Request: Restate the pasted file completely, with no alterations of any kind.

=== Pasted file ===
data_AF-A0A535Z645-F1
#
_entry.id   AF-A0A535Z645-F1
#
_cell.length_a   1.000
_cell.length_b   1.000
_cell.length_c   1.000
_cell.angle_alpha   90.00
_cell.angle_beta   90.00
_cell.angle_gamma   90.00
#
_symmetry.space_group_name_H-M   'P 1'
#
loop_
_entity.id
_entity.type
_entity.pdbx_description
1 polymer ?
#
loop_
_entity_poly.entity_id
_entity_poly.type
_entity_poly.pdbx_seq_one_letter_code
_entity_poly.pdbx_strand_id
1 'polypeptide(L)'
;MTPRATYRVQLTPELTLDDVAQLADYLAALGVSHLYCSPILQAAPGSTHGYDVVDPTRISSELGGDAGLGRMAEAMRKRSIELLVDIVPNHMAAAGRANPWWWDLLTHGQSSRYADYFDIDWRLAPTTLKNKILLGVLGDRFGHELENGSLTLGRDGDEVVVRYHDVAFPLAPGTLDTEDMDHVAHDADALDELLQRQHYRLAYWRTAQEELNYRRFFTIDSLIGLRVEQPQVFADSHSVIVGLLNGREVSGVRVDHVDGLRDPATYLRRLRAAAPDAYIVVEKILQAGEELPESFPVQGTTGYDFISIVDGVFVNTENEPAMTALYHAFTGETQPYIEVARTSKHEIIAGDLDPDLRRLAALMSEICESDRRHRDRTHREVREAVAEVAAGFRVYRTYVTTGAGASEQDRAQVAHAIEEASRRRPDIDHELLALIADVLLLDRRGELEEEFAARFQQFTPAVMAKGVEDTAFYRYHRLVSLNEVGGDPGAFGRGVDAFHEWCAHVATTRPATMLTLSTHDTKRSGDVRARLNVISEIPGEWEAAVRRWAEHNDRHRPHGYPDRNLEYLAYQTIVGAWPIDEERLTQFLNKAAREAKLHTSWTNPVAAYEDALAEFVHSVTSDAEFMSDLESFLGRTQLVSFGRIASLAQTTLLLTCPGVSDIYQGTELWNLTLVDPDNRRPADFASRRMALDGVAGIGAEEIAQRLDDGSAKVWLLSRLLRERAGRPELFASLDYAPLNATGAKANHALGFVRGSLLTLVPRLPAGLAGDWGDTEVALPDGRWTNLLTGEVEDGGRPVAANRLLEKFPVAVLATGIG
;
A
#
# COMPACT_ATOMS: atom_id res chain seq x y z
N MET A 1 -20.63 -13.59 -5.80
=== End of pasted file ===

data_AF-A0A535Z645-F1
#
_entry.id   AF-A0A535Z645-F1
#
_cell.length_a   1.000
_cell.length_b   1.000
_cell.length_c   1.000
_cell.angle_alpha   90.00
_cell.angle_beta   90.00
_cell.angle_gamma   90.00
#
_symmetry.space_group_name_H-M   'P 1'
#
loop_
_entity.id
_entity.type
_entity.pdbx_description
1 polymer ?
#
loop_
_entity_poly.entity_id
_entity_poly.type
_entity_poly.pdbx_seq_one_letter_code
_entity_poly.pdbx_strand_id
1 'polypeptide(L)'
;MTPRATYRVQLTPELTLDDVAQLADYLAALGVSHLYCSPILQAAPGSTHGYDVVDPTRISSELGGDAGLGRMAEAMRKRSIELLVDIVPNHMAAAGRANPWWWDLLTHGQSSRYADYFDIDWRLAPTTLKNKILLGVLGDRFGHELENGSLTLGRDGDEVVVRYHDVAFPLAPGTLDTEDMDHVAHDADALDELLQRQHYRLAYWRTAQEELNYRRFFTIDSLIGLRVEQPQVFADSHSVIVGLLNGREVSGVRVDHVDGLRDPATYLRRLRAAAPDAYIVVEKILQAGEELPESFPVQGTTGYDFISIVDGVFVNTENEPAMTALYHAFTGETQPYIEVARTSKHEIIAGDLDPDLRRLAALMSEICESDRRHRDRTHREVREAVAEVAAGFRVYRTYVTTGAGASEQDRAQVAHAIEEASRRRPDIDHELLALIADVLLLDRRGELEEEFAARFQQFTPAVMAKGVEDTAFYRYHRLVSLNEVGGDPGAFGRGVDAFHEWCAHVATTRPATMLTLSTHDTKRSGDVRARLNVISEIPGEWEAAVRRWAEHNDRHRPHGYPDRNLEYLAYQTIVGAWPIDEERLTQFLNKAAREAKLHTSWTNPVAAYEDALAEFVHSVTSDAEFMSDLESFLGRTQLVSFGRIASLAQTTLLLTCPGVSDIYQGTELWNLTLVDPDNRRPADFASRRMALDGVAGIGAEEIAQRLDDGSAKVWLLSRLLRERAGRPELFASLDYAPLNATGAKANHALGFVRGSLLTLVPRLPAGLAGDWGDTEVALPDGRWTNLLTGEVEDGGRPVAANRLLEKFPVAVLATGIG
;
A
#
# COMPACT_ATOMS: atom_id res chain seq x y z
N MET A 1 -20.63 -13.59 -5.80